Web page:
What can we learn from this assemblage created from artifacts in the Kelsey Museum?** The grave marker reads: To the gods of the netherworld, To Julia Crestes Junius Phoebion for his wife--well deserving it--he made it." Clues to the life of this woman were given by inspection of the remaining bones inside the urn and the associated grave goods. Mixed with the ashes are three femurs (two left and one right), all female. This indicates that there are at least two individuals' cremated remains in this assemblage. By examining parts of the skull, the ages of the women can be estimated. One was approximately forty years old and the other was in her mid-twenties.
Why two women? The tombstone only indicates one burial. There are many possible explanations. The other bones may have been added at a later date to increase the value of the urn and its contents on the modern day black market. This commonly occurs in cases where locals discover ancient burials and try to make a profit from their findings. The fact that several animal bones were also found in the cremated remains also suggests this is a viable explanation, since it is unlikely that animals would have been mixed with the original cremation. Another possible explanation for the extra bones is that the cremated remains of another family member or slave may later have been placed in the same urn with the original burial. It is unlikely we will ever know the final story here.
Based upon the scant traces of gold found with the remains, it is likely that the person originally buried here was most likely a middle class citizen. Due to gold's high melting point (approximately 1000 degrees C.), any large pieces ofjewelry she might have been wearing at the time of her funeral would be more intact. The amount of gold in these remains is surely too small for any sort of extravagant display. Possibly the gold preserved here was part of the fabric of her clothing.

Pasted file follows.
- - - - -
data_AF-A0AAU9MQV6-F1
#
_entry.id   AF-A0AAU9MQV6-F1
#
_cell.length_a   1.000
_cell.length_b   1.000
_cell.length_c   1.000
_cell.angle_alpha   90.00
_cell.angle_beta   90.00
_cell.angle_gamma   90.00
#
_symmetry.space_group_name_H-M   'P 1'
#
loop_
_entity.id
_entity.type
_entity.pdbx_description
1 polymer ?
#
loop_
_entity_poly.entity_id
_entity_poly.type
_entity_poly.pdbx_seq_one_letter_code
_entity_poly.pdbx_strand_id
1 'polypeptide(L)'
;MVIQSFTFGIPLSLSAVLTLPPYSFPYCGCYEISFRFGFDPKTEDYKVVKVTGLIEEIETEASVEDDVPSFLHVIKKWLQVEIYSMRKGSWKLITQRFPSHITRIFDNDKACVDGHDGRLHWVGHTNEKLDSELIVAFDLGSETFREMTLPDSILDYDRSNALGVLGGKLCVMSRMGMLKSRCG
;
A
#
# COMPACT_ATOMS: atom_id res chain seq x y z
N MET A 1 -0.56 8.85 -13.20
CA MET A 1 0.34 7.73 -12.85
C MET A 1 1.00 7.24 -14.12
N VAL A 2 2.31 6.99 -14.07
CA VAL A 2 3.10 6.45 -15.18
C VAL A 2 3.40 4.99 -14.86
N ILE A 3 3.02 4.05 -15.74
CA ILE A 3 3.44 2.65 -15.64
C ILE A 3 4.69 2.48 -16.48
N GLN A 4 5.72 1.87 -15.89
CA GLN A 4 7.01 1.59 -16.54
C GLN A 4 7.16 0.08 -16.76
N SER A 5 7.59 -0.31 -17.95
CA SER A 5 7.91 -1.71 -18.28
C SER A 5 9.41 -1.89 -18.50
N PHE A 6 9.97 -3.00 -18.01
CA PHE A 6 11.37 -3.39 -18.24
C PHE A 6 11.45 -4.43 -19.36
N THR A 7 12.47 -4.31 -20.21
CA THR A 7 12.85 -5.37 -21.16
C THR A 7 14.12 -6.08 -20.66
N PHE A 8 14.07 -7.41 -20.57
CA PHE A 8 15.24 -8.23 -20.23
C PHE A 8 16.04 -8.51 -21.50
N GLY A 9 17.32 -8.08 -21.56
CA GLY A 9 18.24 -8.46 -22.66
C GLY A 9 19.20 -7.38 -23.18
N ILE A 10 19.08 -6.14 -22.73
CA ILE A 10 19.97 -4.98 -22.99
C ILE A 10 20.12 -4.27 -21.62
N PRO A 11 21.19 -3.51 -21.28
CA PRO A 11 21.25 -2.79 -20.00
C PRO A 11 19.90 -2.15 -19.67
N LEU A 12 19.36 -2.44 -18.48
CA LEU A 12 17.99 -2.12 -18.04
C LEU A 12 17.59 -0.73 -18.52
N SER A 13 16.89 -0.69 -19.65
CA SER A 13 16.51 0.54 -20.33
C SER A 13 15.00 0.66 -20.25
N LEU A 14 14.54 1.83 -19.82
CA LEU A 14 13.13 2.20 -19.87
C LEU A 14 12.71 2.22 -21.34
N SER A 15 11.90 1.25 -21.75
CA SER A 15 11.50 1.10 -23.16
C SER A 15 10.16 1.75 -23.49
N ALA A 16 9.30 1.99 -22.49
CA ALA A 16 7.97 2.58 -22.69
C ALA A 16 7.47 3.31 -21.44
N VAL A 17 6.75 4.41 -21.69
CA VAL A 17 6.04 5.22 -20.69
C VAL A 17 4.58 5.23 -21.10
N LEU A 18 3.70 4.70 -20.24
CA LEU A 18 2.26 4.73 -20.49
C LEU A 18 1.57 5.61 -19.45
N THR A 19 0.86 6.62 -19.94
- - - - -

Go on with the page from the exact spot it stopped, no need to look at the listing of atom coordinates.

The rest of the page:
Some remains of glass unguentaria and carved bone were also present in the urn. Unguentaria, or "tear bottles", were commonly placed with the body before cremation. These vessels frequently contained ritual oils and perfumes. The original nature and purpose of the carved bone fragments, however, are still up for speculation. These may have come from a cosmetics box, candle holder, or musical instrument, and indicate the presence, together with tiny fragments of some bronze object (perhaps a coin), of other grave goods in the cremation.
**Please note: this "assemblage" was created solely for educational purposes. While the cremation urn KM 2903 and its contents may reflect an actual burial (it was purchased in the 1920's in Puteoli, Italy), the other objects in this "assemblage" (inscription, columbarium, and melted glass) do not come from the same archaeological context. A full explanation of this class project is found on the introductory page for this website.